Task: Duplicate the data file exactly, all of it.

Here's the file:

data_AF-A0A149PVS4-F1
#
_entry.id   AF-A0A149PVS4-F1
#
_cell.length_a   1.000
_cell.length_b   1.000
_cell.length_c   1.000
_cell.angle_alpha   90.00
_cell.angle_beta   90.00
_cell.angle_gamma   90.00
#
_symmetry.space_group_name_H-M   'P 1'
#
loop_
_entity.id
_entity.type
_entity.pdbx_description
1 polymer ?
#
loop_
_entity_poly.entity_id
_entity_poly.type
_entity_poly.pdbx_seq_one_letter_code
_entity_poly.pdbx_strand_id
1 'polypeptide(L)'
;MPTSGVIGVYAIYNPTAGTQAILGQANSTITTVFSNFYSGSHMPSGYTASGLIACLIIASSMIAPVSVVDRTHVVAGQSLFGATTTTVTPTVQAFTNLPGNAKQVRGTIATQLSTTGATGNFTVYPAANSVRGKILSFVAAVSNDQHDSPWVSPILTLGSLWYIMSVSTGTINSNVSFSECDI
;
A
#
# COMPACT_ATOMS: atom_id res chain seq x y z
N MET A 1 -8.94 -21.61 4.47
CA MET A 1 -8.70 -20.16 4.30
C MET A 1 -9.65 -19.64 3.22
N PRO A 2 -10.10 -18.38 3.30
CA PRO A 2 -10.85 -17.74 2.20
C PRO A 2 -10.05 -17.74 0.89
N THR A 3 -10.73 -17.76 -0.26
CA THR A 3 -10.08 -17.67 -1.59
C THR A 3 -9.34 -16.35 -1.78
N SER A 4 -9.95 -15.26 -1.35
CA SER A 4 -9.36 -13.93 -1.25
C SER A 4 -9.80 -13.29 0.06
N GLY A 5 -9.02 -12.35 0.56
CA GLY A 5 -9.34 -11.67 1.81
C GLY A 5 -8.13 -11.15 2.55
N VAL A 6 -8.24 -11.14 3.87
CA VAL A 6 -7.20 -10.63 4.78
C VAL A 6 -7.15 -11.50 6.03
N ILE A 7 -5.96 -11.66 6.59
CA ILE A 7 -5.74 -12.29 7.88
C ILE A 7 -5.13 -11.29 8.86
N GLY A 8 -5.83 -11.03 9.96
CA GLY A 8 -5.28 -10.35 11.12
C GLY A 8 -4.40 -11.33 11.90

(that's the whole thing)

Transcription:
data_AF-A0A149PVS4-F1
#
_entry.id   AF-A0A149PVS4-F1
#
_cell.length_a   1.000
_cell.length_b   1.000
_cell.length_c   1.000
_cell.angle_alpha   90.00
_cell.angle_beta   90.00
_cell.angle_gamma   90.00
#
_symmetry.space_group_name_H-M   'P 1'
#
loop_
_entity.id
_entity.type
_entity.pdbx_description
1 polymer ?
#
loop_
_entity_poly.entity_id
_entity_poly.type
_entity_poly.pdbx_seq_one_letter_code
_entity_poly.pdbx_strand_id
1 'polypeptide(L)'
;MPTSGVIGVYAIYNPTAGTQAILGQANSTITTVFSNFYSGSHMPSGYTASGLIACLIIASSMIAPVSVVDRTHVVAGQSLFGATTTTVTPTVQAFTNLPGNAKQVRGTIATQLSTTGATGNFTVYPAANSVRGKILSFVAAVSNDQHDSPWVSPILTLGSLWYIMSVSTGTINSNVSFSECDI
;
A
#
# COMPACT_ATOMS: atom_id res chain seq x y z
N MET A 1 -8.94 -21.61 4.47
CA MET A 1 -8.70 -20.16 4.30
C MET A 1 -9.65 -19.64 3.22
N PRO A 2 -10.10 -18.38 3.30
CA PRO A 2 -10.85 -17.74 2.20
C PRO A 2 -10.05 -17.74 0.89
N THR A 3 -10.73 -17.76 -0.26
CA THR A 3 -10.08 -17.67 -1.59
C THR A 3 -9.34 -16.35 -1.78
N SER A 4 -9.95 -15.26 -1.35
CA SER A 4 -9.36 -13.93 -1.25
C SER A 4 -9.80 -13.29 0.06
N GLY A 5 -9.02 -12.35 0.56
CA GLY A 5 -9.34 -11.67 1.81
C GLY A 5 -8.13 -11.15 2.55
N VAL A 6 -8.24 -11.14 3.87
CA VAL A 6 -7.20 -10.63 4.78
C VAL A 6 -7.15 -11.50 6.03
N ILE A 7 -5.96 -11.66 6.59
CA ILE A 7 -5.74 -12.29 7.88
C ILE A 7 -5.13 -11.29 8.86
N GLY A 8 -5.83 -11.03 9.96
CA GLY A 8 -5.28 -10.35 11.12
C GLY A 8 -4.40 -11.33 11.90